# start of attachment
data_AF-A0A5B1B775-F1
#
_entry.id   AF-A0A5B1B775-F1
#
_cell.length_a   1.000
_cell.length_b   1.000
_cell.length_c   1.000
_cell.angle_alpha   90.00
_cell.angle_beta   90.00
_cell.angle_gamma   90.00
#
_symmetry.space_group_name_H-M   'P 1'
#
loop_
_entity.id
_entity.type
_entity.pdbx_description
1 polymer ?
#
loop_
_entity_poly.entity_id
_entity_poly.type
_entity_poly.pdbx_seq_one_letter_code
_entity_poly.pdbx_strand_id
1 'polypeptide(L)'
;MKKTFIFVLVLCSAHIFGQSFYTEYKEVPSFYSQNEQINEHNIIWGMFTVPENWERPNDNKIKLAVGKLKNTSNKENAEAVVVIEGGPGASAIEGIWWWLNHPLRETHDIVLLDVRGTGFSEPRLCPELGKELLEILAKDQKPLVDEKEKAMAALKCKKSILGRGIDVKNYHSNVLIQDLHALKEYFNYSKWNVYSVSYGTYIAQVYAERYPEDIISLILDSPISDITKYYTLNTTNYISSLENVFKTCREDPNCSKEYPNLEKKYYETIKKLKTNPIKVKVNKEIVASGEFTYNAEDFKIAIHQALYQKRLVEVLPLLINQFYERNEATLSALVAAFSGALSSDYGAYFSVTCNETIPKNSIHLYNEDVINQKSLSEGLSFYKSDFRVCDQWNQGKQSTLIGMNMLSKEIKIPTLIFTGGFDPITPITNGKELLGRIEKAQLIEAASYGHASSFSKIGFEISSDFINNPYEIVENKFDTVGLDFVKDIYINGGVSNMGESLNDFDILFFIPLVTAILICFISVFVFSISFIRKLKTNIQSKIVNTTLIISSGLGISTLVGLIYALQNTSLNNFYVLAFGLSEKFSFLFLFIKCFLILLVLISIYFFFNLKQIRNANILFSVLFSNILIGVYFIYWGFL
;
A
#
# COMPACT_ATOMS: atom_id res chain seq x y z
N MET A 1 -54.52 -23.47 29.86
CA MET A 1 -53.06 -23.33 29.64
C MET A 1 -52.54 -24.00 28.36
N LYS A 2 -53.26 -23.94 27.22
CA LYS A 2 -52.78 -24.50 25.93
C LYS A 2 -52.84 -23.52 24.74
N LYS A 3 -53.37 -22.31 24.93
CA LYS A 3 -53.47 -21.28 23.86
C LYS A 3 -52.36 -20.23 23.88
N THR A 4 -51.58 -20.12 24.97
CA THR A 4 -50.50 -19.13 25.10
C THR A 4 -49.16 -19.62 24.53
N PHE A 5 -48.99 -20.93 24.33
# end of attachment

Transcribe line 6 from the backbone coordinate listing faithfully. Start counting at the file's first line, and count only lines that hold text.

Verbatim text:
_cell.length_b   1.000